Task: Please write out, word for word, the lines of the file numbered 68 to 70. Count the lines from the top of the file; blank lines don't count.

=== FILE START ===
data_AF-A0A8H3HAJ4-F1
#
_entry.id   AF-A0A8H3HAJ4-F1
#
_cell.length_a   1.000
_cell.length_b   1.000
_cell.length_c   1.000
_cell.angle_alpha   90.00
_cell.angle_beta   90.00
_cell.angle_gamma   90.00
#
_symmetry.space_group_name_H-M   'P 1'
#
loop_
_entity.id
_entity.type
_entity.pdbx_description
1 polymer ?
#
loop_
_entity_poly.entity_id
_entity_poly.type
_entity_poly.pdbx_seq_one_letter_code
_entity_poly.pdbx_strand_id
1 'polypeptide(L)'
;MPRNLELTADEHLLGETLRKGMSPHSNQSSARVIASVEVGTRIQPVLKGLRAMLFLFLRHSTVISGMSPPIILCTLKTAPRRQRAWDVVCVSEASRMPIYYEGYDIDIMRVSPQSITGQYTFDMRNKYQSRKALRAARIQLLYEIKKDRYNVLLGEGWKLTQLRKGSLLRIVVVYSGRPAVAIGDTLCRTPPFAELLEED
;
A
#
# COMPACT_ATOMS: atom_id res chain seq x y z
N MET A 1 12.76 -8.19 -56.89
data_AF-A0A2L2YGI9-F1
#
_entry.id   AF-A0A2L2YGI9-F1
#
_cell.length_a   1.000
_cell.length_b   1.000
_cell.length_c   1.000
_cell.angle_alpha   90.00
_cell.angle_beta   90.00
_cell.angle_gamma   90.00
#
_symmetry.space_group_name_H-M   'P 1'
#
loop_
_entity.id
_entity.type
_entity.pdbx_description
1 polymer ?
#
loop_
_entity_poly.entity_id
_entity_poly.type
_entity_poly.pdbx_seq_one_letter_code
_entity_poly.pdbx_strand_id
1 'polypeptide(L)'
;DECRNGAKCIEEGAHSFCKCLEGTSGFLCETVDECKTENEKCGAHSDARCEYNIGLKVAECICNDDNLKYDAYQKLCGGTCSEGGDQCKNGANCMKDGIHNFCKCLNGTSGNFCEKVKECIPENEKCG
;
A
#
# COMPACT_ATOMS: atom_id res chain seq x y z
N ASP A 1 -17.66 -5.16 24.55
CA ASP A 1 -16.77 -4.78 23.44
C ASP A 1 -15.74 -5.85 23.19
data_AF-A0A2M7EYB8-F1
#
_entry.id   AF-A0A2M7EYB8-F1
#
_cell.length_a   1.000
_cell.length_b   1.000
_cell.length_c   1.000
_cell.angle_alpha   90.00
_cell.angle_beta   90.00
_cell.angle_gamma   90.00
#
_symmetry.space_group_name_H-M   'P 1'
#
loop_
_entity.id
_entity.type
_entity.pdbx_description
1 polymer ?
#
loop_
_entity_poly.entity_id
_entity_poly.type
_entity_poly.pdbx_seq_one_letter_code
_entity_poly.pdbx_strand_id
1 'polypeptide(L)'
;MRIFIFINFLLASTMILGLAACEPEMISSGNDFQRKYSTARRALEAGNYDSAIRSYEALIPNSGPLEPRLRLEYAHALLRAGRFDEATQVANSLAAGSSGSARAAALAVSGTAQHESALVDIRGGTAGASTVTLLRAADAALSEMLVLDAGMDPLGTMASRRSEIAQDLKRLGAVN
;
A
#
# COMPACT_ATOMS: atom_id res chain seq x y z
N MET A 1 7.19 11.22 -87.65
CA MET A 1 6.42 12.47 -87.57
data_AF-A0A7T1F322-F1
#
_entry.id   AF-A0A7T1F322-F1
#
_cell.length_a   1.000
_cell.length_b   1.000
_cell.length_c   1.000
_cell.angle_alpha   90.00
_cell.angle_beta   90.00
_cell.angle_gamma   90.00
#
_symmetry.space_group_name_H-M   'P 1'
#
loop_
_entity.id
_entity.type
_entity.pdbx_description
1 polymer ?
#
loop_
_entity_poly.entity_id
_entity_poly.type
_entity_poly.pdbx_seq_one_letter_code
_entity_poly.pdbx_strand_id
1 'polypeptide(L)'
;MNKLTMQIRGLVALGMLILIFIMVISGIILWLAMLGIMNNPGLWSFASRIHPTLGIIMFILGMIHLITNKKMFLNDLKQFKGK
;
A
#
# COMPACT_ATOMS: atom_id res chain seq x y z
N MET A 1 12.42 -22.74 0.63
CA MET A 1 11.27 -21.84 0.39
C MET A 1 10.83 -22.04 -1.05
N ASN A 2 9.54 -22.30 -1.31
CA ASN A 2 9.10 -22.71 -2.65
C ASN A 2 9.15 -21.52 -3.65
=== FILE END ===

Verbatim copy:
#
_cell.length_a   1.000
_cell.length_b   1.000